Notre Dame AD: Independent status 'more valuable than ever'

March 28, 2024, 4:39 PM

While college athletics undergoes sweeping changes, Notre Dame's desire to remain independent is constant, as Notre Dame leadership feels "as secure as ever" in its football status, first-year athletic director Pete Bevacqua told ESPN on Thursday.

Bevacqua, who began his new role on Monday following the retirement of longtime athletic director Jack Swarbrick, cited multiple reasons for the athletic department's continued sense of security. He said the university's most recent television deal with NBC, its partnership with the ACC for all other sports except hockey, and the new College Football Playoff deal all provide financial security. He also said he's "bullish" on the future of the football program as coach Marcus Freeman enters his third season.

"We are now in as good of a position as we've ever been in the modern era of college football to be independent," said Bevacqua, a 1993 Notre Dame graduate who returned to the school in 2023 in an administrative role after serving as the third chairman in the history of NBC Sports. "You see all the conference realignment, you see everything that's happened, I think our position as being independent in football quite frankly is certainly more unique than ever, but also more valuable than ever."

According to sources, in the new six-year CFP agreement, which begins in 2026, Notre Dame has the potential to earn roughly $18 million annually, which would significantly elevate the program closer to what the Big Ten and SEC schools will be making (more than $21 million). It would also boost the Irish ahead of the ACC and Big 12 schools.

Starting in 2026, Notre Dame is expected to get more than $12 million from CFP revenue distribution, which is in the same ballpark as ACC schools (more than $13 million annually) and Big 12 schools (also more than $12 million each).

Bevacqua declined to comment on the CFP revenue agreements, but industry sources told ESPN there will also be a $6 million financial incentive for any independent team that reaches the CFP -- what should typically be a source of additional revenue for the Irish because Notre Dame has access protections built into the new CFP contract that will survive regardless of whether the ultimate format includes 12 or 14 teams. If Oregon State and Washington State don't join a conference by then, they would also be eligible for the additional $6 million, along with UConn, which is the only other independent school remaining. There will no longer be a participation bonus for any of the conferences.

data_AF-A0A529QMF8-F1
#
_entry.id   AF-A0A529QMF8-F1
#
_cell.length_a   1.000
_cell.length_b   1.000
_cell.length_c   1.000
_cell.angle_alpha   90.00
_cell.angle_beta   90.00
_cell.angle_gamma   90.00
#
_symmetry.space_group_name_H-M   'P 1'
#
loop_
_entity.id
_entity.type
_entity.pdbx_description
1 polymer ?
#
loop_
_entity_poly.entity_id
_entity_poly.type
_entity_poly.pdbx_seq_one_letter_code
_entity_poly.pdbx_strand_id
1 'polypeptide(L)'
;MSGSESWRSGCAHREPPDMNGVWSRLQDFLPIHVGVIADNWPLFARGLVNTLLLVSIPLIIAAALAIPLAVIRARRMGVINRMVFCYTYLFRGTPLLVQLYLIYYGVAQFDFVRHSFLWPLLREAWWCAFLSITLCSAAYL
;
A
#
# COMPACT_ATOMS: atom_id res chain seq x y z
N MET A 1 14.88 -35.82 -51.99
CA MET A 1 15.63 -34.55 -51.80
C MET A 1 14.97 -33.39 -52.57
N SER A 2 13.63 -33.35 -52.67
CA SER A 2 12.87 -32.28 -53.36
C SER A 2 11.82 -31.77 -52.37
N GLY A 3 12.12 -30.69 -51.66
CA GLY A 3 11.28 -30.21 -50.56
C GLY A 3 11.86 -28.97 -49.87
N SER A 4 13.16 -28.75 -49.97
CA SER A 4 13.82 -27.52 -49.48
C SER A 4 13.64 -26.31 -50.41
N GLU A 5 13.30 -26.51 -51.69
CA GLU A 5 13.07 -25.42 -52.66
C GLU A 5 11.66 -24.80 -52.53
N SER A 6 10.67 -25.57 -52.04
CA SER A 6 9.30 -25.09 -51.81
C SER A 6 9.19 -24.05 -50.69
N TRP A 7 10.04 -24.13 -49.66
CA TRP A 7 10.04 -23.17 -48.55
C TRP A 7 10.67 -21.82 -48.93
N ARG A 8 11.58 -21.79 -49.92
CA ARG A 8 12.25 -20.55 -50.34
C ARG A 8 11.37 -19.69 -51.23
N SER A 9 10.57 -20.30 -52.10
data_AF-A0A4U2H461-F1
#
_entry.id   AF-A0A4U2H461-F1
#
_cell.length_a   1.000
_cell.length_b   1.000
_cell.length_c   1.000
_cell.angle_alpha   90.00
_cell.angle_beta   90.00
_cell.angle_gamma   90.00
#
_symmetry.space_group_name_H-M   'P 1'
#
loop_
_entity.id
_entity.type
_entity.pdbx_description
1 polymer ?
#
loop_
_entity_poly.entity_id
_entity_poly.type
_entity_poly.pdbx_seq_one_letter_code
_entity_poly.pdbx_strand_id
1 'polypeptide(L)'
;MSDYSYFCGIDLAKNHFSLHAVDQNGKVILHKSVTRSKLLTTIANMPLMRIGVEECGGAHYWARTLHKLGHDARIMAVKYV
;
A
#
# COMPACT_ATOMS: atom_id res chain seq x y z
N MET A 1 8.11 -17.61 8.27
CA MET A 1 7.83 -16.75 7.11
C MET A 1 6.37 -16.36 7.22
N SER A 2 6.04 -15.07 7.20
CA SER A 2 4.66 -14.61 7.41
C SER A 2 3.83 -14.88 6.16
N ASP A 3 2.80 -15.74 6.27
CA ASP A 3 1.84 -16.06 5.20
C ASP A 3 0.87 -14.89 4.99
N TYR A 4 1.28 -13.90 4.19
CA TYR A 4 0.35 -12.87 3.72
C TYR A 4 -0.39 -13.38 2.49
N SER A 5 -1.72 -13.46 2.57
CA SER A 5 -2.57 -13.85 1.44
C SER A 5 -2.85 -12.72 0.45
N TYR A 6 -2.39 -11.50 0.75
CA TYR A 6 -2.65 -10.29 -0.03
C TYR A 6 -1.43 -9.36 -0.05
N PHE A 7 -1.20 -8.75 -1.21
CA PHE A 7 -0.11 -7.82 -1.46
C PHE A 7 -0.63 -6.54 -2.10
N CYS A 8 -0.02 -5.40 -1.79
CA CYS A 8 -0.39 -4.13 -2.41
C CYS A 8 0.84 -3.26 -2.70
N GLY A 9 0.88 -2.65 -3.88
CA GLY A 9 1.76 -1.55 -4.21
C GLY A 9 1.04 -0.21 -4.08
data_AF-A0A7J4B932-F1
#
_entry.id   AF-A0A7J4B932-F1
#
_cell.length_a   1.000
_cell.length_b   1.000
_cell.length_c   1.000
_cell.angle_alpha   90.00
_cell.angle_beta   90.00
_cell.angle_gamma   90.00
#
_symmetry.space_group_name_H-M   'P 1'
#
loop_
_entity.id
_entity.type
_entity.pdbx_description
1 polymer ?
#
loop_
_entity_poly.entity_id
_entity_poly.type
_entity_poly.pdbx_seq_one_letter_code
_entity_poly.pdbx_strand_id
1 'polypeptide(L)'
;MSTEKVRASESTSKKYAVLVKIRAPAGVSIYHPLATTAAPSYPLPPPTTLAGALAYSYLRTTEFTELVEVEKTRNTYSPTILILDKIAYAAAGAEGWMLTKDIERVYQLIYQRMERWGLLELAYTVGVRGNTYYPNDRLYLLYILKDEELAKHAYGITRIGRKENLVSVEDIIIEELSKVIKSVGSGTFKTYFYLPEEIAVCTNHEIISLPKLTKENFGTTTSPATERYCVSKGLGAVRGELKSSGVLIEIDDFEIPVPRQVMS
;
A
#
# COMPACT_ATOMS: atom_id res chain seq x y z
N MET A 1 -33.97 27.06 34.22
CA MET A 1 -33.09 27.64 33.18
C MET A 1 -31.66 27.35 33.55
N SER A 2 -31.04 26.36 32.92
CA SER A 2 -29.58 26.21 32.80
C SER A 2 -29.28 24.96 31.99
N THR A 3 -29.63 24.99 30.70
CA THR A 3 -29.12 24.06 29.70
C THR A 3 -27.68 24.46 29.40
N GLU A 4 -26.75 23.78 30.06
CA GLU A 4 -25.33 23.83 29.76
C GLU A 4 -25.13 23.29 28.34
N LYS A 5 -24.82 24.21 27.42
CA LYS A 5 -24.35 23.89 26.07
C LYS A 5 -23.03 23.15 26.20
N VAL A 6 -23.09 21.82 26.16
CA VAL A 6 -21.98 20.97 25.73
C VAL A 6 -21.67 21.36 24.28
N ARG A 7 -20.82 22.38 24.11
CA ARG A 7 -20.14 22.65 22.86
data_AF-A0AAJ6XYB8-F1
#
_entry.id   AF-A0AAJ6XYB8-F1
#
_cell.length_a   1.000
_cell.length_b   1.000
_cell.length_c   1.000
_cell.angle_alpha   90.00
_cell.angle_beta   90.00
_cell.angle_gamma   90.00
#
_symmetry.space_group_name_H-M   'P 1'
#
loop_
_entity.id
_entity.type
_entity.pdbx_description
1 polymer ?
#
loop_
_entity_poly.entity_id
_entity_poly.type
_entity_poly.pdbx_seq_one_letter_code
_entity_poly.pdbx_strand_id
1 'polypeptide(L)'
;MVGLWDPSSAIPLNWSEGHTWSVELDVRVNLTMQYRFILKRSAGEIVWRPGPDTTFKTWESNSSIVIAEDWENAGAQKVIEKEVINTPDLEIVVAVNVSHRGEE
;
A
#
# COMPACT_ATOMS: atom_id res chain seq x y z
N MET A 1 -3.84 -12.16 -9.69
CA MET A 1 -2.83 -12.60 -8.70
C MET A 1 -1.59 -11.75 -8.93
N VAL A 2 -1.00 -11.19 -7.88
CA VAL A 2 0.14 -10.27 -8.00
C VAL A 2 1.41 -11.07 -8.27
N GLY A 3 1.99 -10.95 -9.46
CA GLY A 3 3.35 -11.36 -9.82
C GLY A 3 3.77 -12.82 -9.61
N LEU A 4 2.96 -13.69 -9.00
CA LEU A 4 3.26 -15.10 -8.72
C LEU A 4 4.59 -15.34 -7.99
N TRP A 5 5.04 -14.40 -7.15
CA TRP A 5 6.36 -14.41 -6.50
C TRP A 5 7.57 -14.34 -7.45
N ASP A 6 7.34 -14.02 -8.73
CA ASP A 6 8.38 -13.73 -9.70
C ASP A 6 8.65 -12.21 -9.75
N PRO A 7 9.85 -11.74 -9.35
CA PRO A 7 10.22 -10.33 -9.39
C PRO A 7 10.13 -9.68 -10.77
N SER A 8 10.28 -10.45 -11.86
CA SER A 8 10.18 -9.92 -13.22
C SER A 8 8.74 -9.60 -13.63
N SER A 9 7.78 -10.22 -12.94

"Our dollar figure that's derived from the CFP for us is quite strong, plus the fact we have the ability to earn additional revenue in the instances where we make the CFP, which puts us in an even stronger position," Bevacqua said. "So when you step back and look at the totality of those three elements -- the NBC relationship, the ACC Network relationship and the CFP -- we're in an incredibly strong position relative to the rest of the college sports world."

With the Big Ten and SEC having separated from the other leagues in both size and wealth, and the ACC entangled in lawsuits with Clemson and Florida State, questions continue to swirl about further realignment. Bevacqua said Notre Dame feels "very strongly" about its relationship with the ACC and commissioner Jim Phillips, also a Notre Dame graduate.

"Clearly like everybody else in the conference we're certainly talking about FSU and Clemson with the conference and Jim Phillips, but we feel that the conference is in such great shape, has a long-term relationship with ESPN which is important, and has secured its very important inclusion in the CFP like we have for the next eight years," Bevacqua said. "There's a lot of unbelievably great things going on for the ACC and we value our relationship and being a part of that conference in the overwhelming majority of our sports with the two exceptions, obviously football and hockey."

Notre Dame is the most valuable property remaining -- and the ACC hasn't been shy in the past about courting the Irish as a full member -- but Bevacqua said "it's fundamentally important to Notre Dame to stay independent in football" because it has allowed the school to position itself as a national university as it relates to football.

As confident as Bevacqua is in Freeman's future leading the Irish, he recognized the pressure to win to sustain that national brand and said, there's "an absolute need for us to win a national championship."

"That pressure has been on Notre Dame since Knute Rockne," he said. "That's not a pressure quite frankly we shy away from. That's a pressure we accept. As a lifelong Notre Dame fan and as an alumnus, we thrive on that pressure. There's an understanding that Notre Dame football -- maybe more than anywhere else in the country, certainly as much as anywhere else in the country -- is part of the DNA of this university.

"We know that is a key priority of ours," he said, "not only to stay relevant, but quite frankly to win a national championship and be the best."